Jesus Christ, Who gives Himself to us through pure love, should be received by us through love, says St. Francis de Sales. When you communicate, then, desire, as our Lord directed St. Matilda, all the love any soul ever had for Jesus, and He will accept it in proportion to the fervour with which you wish for it.
I. Two things are necessary in order to draw great fruit from Communion — Preparation for, and Thanksgiving after Communion. As to the Preparation, it is certain that the Saints derived great profit from their Communions only because they were careful to prepare themselves well for receiving the Holy Eucharist. It is easy, then, to understand why so many souls remain subject to the same imperfections after all their Communions. Cardinal Bona says that the defect is not in the food, but in the want of the proper dispositions. For frequent Communion two principal dispositions are required. The first is detachment from creatures, and disengagement of the heart from everything that is not God. The more the heart is occupied with earthly concerns, the less room there is in it for Divine Charity. Hence to give full possession of the whole heart to God it is necessary to purify it from worldly attachments. This is the preparation which Jesus Himself recommended to St. Gertrude: "I ask nothing more of thee," said He to her, "than that thou come to receive Me with a heart divested of thyself." Let us, then, withdraw our affections from creatures, and our hearts will belong entirely to the Creator.
The second disposition necessary to draw great fruit from Communion is a desire of receiving Jesus Christ in order to advance in His love. "He," says St. Francis de Sales, "Who gives Himself through pure love, ought to be received only through love." Thus the principal end of our Communions must be to advance in the love of Jesus Christ. He once said to St. Matilda: "When you communicate, desire all the love that any soul has ever had for me, and I will accept your love in proportion to the fervour with which you wished for it."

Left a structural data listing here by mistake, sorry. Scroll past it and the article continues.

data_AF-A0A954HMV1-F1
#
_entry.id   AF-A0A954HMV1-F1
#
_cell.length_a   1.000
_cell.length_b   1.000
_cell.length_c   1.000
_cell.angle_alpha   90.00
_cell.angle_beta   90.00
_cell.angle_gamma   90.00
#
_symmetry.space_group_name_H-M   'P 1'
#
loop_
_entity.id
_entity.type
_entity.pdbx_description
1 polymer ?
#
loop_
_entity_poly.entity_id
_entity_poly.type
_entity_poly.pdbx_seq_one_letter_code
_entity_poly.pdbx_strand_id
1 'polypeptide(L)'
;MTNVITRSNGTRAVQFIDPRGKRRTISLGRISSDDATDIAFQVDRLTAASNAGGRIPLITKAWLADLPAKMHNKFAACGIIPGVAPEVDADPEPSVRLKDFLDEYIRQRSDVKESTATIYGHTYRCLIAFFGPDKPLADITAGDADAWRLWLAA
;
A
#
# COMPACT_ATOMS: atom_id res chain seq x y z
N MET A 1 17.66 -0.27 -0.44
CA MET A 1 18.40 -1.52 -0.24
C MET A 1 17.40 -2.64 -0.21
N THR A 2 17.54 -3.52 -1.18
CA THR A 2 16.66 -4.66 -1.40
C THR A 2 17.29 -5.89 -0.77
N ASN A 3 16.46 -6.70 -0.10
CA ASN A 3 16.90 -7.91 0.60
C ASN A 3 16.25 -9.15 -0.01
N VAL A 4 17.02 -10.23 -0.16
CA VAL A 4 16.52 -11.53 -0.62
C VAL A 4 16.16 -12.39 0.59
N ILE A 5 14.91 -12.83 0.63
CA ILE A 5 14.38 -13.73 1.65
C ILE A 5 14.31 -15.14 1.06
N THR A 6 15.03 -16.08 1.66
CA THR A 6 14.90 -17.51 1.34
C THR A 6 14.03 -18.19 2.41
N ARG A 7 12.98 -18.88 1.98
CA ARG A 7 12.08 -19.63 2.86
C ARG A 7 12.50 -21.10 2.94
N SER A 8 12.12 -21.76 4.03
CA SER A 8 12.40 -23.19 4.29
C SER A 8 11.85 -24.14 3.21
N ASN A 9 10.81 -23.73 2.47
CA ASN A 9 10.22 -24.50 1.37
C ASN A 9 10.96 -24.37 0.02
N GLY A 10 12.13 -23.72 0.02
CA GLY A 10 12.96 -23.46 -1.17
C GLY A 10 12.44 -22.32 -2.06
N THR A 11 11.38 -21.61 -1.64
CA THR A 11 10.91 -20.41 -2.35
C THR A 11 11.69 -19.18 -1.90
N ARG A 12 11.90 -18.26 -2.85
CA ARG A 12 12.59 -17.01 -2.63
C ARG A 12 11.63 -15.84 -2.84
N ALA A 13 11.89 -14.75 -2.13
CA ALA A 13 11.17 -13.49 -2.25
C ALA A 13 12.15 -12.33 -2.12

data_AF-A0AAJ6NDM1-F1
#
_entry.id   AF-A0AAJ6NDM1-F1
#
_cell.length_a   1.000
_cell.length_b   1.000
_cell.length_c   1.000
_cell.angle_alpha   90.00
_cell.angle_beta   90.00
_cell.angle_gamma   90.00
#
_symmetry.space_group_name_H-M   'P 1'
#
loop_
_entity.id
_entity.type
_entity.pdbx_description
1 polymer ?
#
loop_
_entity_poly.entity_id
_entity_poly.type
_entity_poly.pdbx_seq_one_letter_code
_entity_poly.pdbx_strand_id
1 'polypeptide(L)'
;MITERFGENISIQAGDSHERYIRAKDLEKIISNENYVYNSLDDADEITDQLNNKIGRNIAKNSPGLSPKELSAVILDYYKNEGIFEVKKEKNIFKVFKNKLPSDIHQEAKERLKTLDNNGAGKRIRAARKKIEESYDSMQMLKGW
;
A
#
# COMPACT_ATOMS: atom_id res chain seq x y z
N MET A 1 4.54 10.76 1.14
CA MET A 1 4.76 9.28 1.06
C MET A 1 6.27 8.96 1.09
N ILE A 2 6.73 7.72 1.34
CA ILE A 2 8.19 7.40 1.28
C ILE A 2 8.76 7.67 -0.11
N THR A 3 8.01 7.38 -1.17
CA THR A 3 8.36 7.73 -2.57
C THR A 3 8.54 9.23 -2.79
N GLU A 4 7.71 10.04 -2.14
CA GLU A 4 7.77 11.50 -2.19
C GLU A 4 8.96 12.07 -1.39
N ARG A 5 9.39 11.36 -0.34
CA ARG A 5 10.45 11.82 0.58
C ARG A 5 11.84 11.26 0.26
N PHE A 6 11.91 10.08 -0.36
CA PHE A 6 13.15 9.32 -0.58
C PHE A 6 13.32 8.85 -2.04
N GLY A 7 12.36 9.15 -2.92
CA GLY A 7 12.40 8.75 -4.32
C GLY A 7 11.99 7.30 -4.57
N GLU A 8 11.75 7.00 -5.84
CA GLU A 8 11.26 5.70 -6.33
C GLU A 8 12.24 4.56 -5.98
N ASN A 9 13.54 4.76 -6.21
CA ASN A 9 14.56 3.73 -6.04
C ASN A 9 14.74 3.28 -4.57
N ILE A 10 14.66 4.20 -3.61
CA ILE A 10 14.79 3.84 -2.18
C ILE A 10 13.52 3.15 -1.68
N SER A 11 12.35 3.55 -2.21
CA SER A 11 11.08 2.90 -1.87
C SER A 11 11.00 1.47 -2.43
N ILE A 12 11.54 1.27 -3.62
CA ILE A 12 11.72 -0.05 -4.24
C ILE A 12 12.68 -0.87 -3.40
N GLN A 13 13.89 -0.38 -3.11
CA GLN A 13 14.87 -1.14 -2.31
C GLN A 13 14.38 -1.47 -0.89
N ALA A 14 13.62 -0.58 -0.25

II. Thanksgiving after Communion is also necessary. The prayer we make after Communion is the most acceptable to God, and the most profitable to us. After Communion the soul should be employed in affections and petitions. The affections ought to consist not only in acts of thanksgiving, but also in acts of humility, of love, and of oblation of ourselves to God. Let us, then, humble ourselves as much as possible at the sight of a God made our Food even after we had offended Him. A learned author says that, for a soul after Communion, the most appropriate sentiment is one of astonishment at the thought of receiving a God. She should exclaim: "What! God is come to me! A God is come to me!" Let us also make many acts of the love of Jesus Christ. He has come into our souls in order to be loved. Hence He is greatly pleased with those who, after Communion, say to Him: "My Jesus, I love Thee; I desire only Thee!" Let us also offer ourselves and all that we have to Jesus Christ that He may dispose of all as He pleases: and let us frequently say: "My Jesus, Thou art all mine; Thou hast given Thyself entirely to me; I give myself entirely to Thee."
After Communion we should not only make these affections, but we ought also to present to God with great confidence many petitions for His graces. The time after Communion is a time in which we can gain treasures of Divine graces. St. Teresa says that at that time Jesus Christ remains in the soul as on a throne, saying to her what He said to the blind man: What wilt thou that I should do to thee? (Mark x. 51). Now that you possess Me within you, ask Me for graces. Me you have not always (Jo. xii. 8). I have come down from Heaven on purpose to dispense them to you; ask whatever you wish, and you shall obtain it. Oh! what great graces are lost by those who spend but little time in prayer after Communion!
Let us also turn to the Eternal Father, and, bearing in mind the promise of Jesus Christ — Amen, amen, I say to you, if you ask the Father anything in my name, he will give it you (Jo. xvi. 23) — let us say to Him: O my God, for the love of this Thy Son, Whom I have within my heart, give me Thy love; make me all Thine. He who acts thus may become a Saint by a single Communion.
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